International Conference on Nutrition, Health and Aging
September 26-27, 2018 Frankfurt, Germany
Long-Term Effects of Omega-3 Fatty Acids through Development and Aging
Semmelweis University, Hungary
University of Groningen, Netherlands
Health during lifespan including aging is partly predetermined by developmental metabolic imprinting originated by nutritional factors during fetal and early neonatal age. Some of them arise out of endogenous origin and supplemented assuming a chronic deficit. The imprinting bioactive factors are variable and changing according to nutritional habits or therapeutic target tasks like in the case of administration of long-chain poly-unsaturated fatty acids (LC-PUFAs), especially the N-3 types. The aim of the current presentation is to survey the health and aging related long-term effects of pre- and early postnatal supplementation or deficiency of N-3 PUFAs compared to normal-fed control. In addition a chronic treatment of N-3 PUFAs in old age was also studied on cognitive behavior of aged rats.
The following regulatory functions were estimated throughout lifespan: body weight and body composition, food intake, glucose metabolism and lipid profile, development of basic neurotransmitter systems and BDNF in the brain, hormonal effects: pituitary-adrenal hormones, insulin, leptin, adiponectin; cognitive behavior in adulthood and aging, gene regulation during aging, and following the fatty acid composition of phospholipids in the brain in the entire lifespan.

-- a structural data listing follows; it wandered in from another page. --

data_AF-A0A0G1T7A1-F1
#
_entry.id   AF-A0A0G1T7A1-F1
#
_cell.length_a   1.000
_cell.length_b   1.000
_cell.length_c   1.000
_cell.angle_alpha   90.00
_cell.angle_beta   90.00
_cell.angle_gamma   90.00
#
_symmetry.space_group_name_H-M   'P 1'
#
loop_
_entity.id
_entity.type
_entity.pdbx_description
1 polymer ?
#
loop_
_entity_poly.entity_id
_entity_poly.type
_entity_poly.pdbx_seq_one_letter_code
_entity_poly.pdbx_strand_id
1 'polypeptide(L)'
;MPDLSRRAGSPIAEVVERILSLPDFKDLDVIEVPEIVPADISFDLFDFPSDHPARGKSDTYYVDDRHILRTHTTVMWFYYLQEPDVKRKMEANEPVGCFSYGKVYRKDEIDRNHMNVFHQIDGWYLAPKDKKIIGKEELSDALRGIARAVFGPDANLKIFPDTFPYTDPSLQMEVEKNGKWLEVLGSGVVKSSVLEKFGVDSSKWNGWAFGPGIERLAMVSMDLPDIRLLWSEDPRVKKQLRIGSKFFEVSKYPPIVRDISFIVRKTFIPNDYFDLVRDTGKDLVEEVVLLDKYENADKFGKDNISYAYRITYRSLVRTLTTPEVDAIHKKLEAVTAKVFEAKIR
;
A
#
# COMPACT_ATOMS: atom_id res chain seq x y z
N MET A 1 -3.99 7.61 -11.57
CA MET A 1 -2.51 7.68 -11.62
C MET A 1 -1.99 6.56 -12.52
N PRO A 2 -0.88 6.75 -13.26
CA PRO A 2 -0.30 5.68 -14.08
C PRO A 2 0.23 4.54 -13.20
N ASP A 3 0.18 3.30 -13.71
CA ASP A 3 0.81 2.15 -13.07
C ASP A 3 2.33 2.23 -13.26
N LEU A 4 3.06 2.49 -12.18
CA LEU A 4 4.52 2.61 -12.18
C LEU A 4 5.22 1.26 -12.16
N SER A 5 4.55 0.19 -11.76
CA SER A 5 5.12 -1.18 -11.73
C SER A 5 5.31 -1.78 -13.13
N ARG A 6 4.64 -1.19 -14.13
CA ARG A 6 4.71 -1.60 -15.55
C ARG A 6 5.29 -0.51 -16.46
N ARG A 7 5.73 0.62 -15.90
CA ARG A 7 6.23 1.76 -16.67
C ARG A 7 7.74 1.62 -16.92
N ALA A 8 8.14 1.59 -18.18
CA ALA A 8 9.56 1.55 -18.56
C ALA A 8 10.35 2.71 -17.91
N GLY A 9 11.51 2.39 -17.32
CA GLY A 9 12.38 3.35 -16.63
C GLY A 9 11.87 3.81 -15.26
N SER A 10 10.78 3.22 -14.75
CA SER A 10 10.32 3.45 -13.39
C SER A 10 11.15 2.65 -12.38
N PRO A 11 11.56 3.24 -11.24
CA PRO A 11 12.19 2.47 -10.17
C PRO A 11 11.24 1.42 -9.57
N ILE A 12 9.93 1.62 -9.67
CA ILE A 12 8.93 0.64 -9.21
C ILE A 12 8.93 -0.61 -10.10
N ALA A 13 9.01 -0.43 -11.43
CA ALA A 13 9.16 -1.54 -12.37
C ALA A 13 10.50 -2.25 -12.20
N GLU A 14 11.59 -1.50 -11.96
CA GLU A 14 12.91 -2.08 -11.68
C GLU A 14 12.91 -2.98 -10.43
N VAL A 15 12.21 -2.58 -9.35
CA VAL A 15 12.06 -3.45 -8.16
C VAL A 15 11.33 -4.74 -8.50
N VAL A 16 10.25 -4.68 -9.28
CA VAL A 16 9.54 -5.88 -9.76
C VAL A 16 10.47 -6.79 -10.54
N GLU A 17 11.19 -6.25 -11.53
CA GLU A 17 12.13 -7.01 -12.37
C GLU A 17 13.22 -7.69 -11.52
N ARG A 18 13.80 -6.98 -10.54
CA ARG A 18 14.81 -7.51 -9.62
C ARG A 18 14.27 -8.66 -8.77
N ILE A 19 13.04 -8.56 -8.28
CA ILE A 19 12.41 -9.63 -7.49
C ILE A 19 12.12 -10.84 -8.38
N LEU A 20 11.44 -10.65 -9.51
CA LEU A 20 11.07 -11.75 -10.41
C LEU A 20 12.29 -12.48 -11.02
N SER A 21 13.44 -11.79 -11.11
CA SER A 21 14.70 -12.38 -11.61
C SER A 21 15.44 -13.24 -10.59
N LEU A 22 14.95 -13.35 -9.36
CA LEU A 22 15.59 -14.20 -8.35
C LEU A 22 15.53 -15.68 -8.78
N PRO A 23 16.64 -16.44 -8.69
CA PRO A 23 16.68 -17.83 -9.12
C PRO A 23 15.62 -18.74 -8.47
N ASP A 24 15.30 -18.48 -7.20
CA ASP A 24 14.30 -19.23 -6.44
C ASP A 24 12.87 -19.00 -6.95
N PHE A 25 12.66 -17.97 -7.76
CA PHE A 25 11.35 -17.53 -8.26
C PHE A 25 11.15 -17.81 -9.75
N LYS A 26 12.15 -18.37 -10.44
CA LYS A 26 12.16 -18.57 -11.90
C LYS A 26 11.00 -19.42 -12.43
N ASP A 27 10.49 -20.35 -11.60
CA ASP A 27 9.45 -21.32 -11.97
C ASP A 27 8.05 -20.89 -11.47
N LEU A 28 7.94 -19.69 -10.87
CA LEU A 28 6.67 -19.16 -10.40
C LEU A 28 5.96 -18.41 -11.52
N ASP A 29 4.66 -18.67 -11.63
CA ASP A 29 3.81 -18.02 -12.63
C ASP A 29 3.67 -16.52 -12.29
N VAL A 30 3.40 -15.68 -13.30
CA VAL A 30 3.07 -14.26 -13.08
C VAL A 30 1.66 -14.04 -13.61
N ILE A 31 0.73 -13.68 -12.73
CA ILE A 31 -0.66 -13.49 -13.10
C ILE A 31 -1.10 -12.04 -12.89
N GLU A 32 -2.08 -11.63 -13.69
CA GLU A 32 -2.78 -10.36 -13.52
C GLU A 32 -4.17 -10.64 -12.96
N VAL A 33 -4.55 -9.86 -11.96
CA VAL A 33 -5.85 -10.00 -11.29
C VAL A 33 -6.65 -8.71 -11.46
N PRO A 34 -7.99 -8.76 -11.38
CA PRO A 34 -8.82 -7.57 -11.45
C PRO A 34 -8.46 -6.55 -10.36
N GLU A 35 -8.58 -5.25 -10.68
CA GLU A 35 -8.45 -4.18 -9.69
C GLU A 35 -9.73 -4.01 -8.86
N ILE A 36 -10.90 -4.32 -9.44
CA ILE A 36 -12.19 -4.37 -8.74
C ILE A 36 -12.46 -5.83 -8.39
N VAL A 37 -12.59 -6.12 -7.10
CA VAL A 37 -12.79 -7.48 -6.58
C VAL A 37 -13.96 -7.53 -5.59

In summary, the following main findings highlighted the health related effects grouped here into two packages: (1) developmental but also elderly chronic administration of DHA and other N-3 PUFAs enhanced cognitive functions in aged rats which support the notion for a beneficial preventive action on cognitive decline in the course of aging which may be handled by different mode of nutritional treatments. The behavioral effects proved to be lifelong although the biochemical changes in the composition of phospholipid fatty acids terminated earlier, in the adult age. (2) The other line of results underscored the importance of N-3 PUFAs deficiency during development which resulted in an infant obesity like syndrome with disturbed glucose regulation and increased resistance to insulin offering a translational model for childhood obesity as well.
Dr. Csaba Nyakas obtained MD at Medical University Pécs (Hungary). His neurobiological career began in the neuroendocrine workgroup of K. Lissák Physiology School in Pécs, and continued in the fields as endocrinology, neuroscience and clinical laboratory work at the Postgraduate Medical Institute, Budapest. PhD (1979) and DSc (1994) degrees received at HungarianAcademy of Sciences. Since 1995 he is professor at Semmelweis University (Budapest) and supplemented his scientific activity to movement and nutrition sciences especially in respect to gerontology and geriatrics. From 1983 he is visiting professor, from 2001 endowed chair professor at the University of Groningen running joint PhD training. Recent priority research: healthy aging, especially healthy brain aging.